It is true that turbulence in clear air can surprise some people. This turbulence is usually caused by atmospheric phenomena resulting from changes in temperature and air pressure at different altitudes. One of these phenomena is air pockets, which are cited as the main cause of airplane turbulence in clear air.

Air pockets are phenomena caused by sudden temperature and air pressure changes at different altitudes. These changes typically occur at high altitudes and within various layers of the atmosphere. When an airplane enters an air pocket, it is exposed to intense air movements, which passengers might feel as turbulence and vibrations.

Air pockets are phenomena caused by sudden temperature and air pressure changes at different altitudes. These changes typically occur at high altitudes and within various layers of the atmosphere. When an airplane enters an air pocket, it is exposed to intense air movements, which passengers might feel as turbulence and vibrations.

Therefore, airplane turbulence in clear air is mainly due to changes in temperature and air pressure, as well as the increasing global warming, which occurs at different altitudes. These changes can cause sudden air movements, which are transmitted to the airplane as turbulence and vibrations.

Cause of Airplane Turbulence from an Aeronautical Engineering Perspective

Airplanes fly due to a combination of jet engines or propellers that propel the aircraft forward and skillfully engineered wings that lift it upward. According to NASA, the altitude an airplane reaches depends on the shape, size, and weight of the aircraft, as well as the speed at which it is traveling. Larger airplanes have more weight and therefore less acceleration. This lower acceleration can result in a smoother takeoff, which feels more comfortable for passengers.

Another reason that takeoff in a larger airplane is more comfortable is the number of jumbo jet engines. Most passenger planes have four engines, while smaller planes typically have only two. You might think that more engines mean more speed and efficiency, leading to a smoother flight, but the weight of the airplane also plays a crucial role in its takeoff.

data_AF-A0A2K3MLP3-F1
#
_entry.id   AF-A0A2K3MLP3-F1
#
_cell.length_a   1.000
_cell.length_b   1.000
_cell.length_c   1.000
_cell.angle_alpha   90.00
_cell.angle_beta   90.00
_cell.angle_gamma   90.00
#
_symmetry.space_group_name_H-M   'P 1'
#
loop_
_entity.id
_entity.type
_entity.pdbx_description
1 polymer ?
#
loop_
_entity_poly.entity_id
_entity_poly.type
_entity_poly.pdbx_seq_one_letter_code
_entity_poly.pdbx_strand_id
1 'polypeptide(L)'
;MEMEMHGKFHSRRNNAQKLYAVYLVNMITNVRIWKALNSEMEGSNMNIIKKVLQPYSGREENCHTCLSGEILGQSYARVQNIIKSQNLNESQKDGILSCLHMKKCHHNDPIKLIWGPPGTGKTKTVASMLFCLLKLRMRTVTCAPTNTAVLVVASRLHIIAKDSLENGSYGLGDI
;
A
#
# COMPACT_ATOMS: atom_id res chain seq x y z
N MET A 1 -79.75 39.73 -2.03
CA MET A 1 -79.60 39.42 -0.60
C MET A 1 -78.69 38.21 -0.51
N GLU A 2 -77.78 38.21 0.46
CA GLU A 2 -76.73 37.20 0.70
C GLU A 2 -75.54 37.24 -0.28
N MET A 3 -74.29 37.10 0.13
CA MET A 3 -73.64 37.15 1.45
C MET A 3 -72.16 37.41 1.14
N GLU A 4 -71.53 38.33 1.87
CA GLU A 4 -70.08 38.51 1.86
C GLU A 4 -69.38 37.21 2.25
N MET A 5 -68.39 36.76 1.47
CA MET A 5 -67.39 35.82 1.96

Another Story of Airplane Turbulence | Comparing Different Types of Aircraft

Large four-engine airplanes are generally a bit quieter to fly than modern twin-engine jets. In four-engine airplanes, three other engines provide the necessary power for takeoff, whereas small airplanes have only one engine. This means that twin jets have more power to weigh than three or four-engine planes.

Although smaller airplanes might fly faster, they experience turbulence Because larger planes weigh more, they are less affected by these turbulences.

Another difference lies in the number of wheels on large and small airplanes. Large jets have more wheels, which contribute to greater stability; although this difference may not be very noticeable. Some experts, however, attribute the smoother takeoff of larger airplanes to a visual trick. In larger airplanes, passengers are positioned further from the ground.

Knowing these things about the conditions that cause turbulence and what to do to deal with them can be significantly reassuring. Airplane turbulence is a normal part of travel and should never be a problem if pilots are skilled enough to deal with it.

In other words, airplane turbulence can be likened to bumps on the road. Just as a driver is aware of the presence of bumps on the road and knows how to deal with them, a pilot is also aware of this and is trained to handle it.


Airplane turbulence is a natural part of the flying experience, occurring due to various reasons such as sudden changes in temperature and air pressure at different altitudes, the structure of the airplane, and the number of its engines. Larger airplanes, due to their greater weight and more engines, usually have smoother flights and are less affected by turbulence. However, even in smaller airplanes, turbulence is rarely dangerous, and pilots are well-trained to handle such conditions. Understanding the causes of turbulence and the measures taken to mitigate its effects can reassure passengers and make their flying experience more comfortable and secure. Ultimately, airplane turbulence can be compared to bumps on the road; just as skilled drivers navigate these bumps, pilots are also adept at handling airplane turbulence.

Everything You Want to Know About Airplane Turbulence
Everything You Want to Know About Airplane Turbulence

Frequently Asked Questions

When is the best time to fly to minimize turbulence?
As you know, turbulence occurs due to the displacement of air currents. Therefore, by using a flight tracker, you can choose times when turbulence levels are at their lowest for your flight.
What Season Has the Most Turbulence?
It’s best to know that during holidays, turbulence peaks. During the winter, blizzards and cold fronts cause more friction in the air, leading to turbulence. The summer is another peak time for turbulence, with summer storms creating unstable conditions. Also, during summer and winter, the likelihood of high turbulence is high, so try to limit the number of your flights as much as possible during this season.
What Time of Day Has the Most Turbulence?

Believe it or not, turbulence varies depending on the time of day. Usually, more turbulence is seen during the daytime hours compared to the early morning or nighttime. This is because the daytime usually sees higher wind speeds and more storms. To prevent this event (turbulence), it is better to fly early in the morning or at night.

What Planes Should We Choose To Avoid Turbulence?
Unsurprisingly, passengers on bigger planes experience less turbulence compared to passengers on smaller planes. Therefore, due to the higher mass of larger airplanes, these types of aircraft are less susceptible to wind changes. Large planes are usually used for longer and larger flights, while small planes are used on uncommon routes and short trips.